Albert Jacka was born on the 10th of January 1893 in a small dairy farm in Winchelsea, Victoria. On the 17th of the first 1932, seven days after his 39th birthday, he died of chronic nephritis. He was the fourth child of 7 of Nathaniel Jacka and Mary Elizabeth Kettle. He spent most of his life in Wedderburn after his parents decided to move the family there in 1898 when Bertie was the age of 5. After completing elementary school, he found work as a labourer with his father, and later for the Victorian State Forests Department.
On 18/8/14, Bert enlisted into the Aussie Imperial Force, assigned 14 Battalion, 4th Brigade, 1st Division and began training at Broadmeadow camp. Jacka’s battalion then left for further two months of training in Egypt. After that, his battalion then joined the fight in Gallipoli, arriving on Anzac Cove through the Dardanelles, 26/4/15. A month later on the 19th, the Turkish began an assault along almost the whole Anzac line, and captured a small twelve yard section of the trench, leaving one end being guarded by Jacka.
For longer than several minutes, he shot warning shots into he trench until, finally reinforcements had arrived.
Everybody but Jacka were hit so he leapt back into the communication trench. He had then thought up a new plan, two bombs would be thrown at the Turks, as Bert would walk around and flank them from behind. He shot five and bayoneted two as the others retreated. “l managed to get the begars, Sir”, he was quoted to have said to the first officer to arrive.
For doing this act of courage, he was awarded with a Victorian Cross, which appeared in a section of the London Gazette. War Office, 24th July, 1915 His Majesty the KING has been graciously pleased to award the Victoria Cross to the undermentioned Officers and Non-commissioned Officers:No. 65 Lance-corporal Albert Jacka, 14th Battalion, Australian Imperial Forces. For most conspicuous bravery on the night of the 19th-20th May, 1915 at “Courtney’s Post”, Gallipoli Peninsula. Lance-corporal Jacka, while holding a portion of our trench with four other men, was heavily attacked. When all except himself were killed or wounded, the trench was rushed and occupied by seven Turks. Lance-corporal Jacka at once most gallantly ttacked them single-handed, and killed the whole party, five by rifle fire and two with the bayonet. Albert was immediately known as a national hero.
He began to be used on recruiting posters John Wren, gave him E500 and a golden watch, after promising the first Victorian Cross winner a reward of so. After the 28th of 8th he began to skyrocket from rank to rank, beginning with Corporal, then on the 12/9, Sergeant, then Company Sergeant Major on 14/11, and finally Second Lieutenant on the 29/4/16 after completing officer training. Early in June, the 14th Battalion were then sent to France. On the 7th of August, Bert’s platoon then moved into the line close to Pozires, a small French village.
One night after dawn, Just as Jacka had completed his surveying of the area, two German soldiers had overrun a part of line. They came to the entrance of Jacka’s dugout, rolling a bomb down the doorway, killing two men. Jacka survived, rushing up the steps, tiring as ne moved. He got up and came upon German soldiers rounding up about forty Aussies as prisoners. He spoke out to his platoon and charged against the enemy. Men threw away their rifles and began to participate n wild hand to hand combat, while the prisoners turned on their enslavers.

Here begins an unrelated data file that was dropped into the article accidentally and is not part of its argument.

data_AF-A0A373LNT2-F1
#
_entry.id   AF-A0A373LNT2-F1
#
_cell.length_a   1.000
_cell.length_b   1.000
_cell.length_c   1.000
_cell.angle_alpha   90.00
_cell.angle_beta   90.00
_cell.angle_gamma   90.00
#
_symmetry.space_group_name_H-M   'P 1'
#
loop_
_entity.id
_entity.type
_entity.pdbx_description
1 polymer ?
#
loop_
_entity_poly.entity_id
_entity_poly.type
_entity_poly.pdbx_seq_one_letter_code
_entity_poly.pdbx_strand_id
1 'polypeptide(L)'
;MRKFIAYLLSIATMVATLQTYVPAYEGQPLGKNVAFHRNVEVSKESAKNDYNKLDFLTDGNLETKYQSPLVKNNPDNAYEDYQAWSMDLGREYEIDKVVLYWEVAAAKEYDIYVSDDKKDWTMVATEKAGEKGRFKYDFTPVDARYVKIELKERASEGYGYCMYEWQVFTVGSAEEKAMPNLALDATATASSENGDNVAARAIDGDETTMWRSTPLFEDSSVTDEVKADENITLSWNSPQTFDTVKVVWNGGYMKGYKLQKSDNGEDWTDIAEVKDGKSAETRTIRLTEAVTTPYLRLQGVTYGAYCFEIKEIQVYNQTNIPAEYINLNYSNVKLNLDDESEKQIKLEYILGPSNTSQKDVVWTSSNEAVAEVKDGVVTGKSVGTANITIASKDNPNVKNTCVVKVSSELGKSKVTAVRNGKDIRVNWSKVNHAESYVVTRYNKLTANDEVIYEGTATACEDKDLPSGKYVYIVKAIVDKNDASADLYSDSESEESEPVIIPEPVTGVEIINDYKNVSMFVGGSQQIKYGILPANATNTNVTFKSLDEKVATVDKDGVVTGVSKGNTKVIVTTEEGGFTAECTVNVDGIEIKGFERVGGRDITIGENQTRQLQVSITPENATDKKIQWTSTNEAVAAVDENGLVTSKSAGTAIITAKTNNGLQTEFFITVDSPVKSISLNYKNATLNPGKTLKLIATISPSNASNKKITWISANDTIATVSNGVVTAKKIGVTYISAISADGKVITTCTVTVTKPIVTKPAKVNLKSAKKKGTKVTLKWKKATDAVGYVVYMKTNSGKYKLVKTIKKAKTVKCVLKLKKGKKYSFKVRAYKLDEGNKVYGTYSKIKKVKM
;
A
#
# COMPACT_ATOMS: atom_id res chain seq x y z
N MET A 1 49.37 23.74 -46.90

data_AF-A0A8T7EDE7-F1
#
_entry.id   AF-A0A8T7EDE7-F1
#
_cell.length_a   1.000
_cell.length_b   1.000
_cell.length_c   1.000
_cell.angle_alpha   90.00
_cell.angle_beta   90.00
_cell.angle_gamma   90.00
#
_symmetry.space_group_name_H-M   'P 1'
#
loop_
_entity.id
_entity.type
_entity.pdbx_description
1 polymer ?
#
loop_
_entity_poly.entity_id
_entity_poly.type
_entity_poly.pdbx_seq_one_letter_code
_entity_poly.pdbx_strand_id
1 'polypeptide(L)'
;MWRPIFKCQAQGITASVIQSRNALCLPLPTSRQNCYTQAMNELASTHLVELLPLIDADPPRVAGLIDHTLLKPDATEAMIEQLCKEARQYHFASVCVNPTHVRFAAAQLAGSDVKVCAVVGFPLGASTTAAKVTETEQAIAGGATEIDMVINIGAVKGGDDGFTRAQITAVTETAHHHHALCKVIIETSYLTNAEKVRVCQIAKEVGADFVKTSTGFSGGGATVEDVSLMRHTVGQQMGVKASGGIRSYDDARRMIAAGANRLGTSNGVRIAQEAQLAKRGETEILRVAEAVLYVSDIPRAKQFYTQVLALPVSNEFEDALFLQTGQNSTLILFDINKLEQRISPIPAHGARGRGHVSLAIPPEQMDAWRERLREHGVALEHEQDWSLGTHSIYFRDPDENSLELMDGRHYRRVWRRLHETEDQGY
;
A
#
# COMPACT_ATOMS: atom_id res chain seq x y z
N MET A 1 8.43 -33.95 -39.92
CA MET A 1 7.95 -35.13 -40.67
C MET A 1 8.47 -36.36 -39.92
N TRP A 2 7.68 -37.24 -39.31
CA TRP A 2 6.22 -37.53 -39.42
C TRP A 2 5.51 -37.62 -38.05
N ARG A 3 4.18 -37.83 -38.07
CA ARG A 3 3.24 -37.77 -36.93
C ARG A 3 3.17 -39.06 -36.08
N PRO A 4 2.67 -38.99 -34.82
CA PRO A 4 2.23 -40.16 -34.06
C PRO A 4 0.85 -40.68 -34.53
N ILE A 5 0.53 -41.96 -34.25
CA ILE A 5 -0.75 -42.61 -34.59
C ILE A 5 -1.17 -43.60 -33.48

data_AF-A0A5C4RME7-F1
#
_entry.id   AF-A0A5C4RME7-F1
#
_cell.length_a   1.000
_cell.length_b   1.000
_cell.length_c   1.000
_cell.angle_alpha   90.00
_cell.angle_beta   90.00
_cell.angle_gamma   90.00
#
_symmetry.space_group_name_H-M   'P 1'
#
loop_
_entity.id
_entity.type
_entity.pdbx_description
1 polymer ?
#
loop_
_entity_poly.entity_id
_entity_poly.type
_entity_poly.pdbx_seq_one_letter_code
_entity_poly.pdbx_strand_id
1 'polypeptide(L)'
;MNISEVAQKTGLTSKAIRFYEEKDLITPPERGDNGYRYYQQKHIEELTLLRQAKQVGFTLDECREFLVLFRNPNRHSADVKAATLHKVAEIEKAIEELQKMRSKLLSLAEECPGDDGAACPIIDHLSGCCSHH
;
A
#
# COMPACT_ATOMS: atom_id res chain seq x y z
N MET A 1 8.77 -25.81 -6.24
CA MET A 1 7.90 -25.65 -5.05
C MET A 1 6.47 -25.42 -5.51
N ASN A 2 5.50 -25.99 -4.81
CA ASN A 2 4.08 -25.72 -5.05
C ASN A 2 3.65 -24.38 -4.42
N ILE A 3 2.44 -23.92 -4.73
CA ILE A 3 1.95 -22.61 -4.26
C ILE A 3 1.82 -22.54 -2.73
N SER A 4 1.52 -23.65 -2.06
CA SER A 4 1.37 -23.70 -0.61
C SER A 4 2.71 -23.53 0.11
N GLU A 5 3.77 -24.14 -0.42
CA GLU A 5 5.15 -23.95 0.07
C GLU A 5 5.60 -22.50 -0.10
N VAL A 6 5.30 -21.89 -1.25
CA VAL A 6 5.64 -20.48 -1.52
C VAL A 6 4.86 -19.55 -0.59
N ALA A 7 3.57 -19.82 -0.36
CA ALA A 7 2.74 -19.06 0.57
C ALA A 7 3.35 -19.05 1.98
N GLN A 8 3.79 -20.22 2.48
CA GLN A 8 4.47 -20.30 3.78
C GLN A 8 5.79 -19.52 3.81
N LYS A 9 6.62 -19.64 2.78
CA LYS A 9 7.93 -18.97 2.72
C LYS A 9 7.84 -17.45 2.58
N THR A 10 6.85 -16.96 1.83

On that night, they took capture of fifty Germans and retook back the line. Everyone was severely wounded, Jacka received serious neck and shoulder injures and was sent away to London hospital. On the 8th of the 8th, London newspapers sent out false reports claiming that Bert was killed in action. After this, Albert was promoted to captain and was authorised as the 14 Battalion’s Intelligence officer on the 15th March. Albert got back into the fght and led a night scouting party on the 8th of April, to inspect the enemy’s defences.
He infiltrated the wire at two places, reported back, then he went out again to watch the laying of the guide tapes for the infantry. As the Job was almost done, two German soldiers creeped up, Jacka, realising that theyd see the tapes, he knew that they must be captured. He pulled out his pistol, misfired, so he rushed on towards them and captured them by hand. His smart, quick thinking, had saved the Anzac soldiers from discovery and possibly bombardment and had earnt himself a bar to his military cross. The newly captained Jacka, on the 8th July, was wounded by a sniper’s bullet near Ploegsteert Wood.
Two months later on the 26th, he was back on his feet and back on the front, he led the 14th battalion against German Pillboxes(small underground outposts) at Polygon Wood. In March 1918, Jacka unknowingly faced his final fght, after being cruelly gassed at Villers-Bretonneux. A few months later, he boarded the Euripides, for Australia. A large crowd, including the Governor General, greeted him on his arrival in Melbourne. A few months after being discharged, R. O. Roxburgh, E. J. L. Edmonds and himself, created an electrical goods importing and exporting business.
The following year on the 17th January, Jacka was hitched to Frances Veronica Carey, a typist at his Electrical Goods business. A few moths later, the moved to St Kilda and adopted a daughter. Eight years later, he was elected to the St Kilda Council and a year later elected as mayor. On the 18th of December 1931, he mysteriously fell ill during a council meeting and on January 17th, a year later, he died of chronic nephritis. Over 60,000 people paraded by his coffin as it lay in Anzac house. He was buried with complete military honor in the Presbyterian section of the cemetery.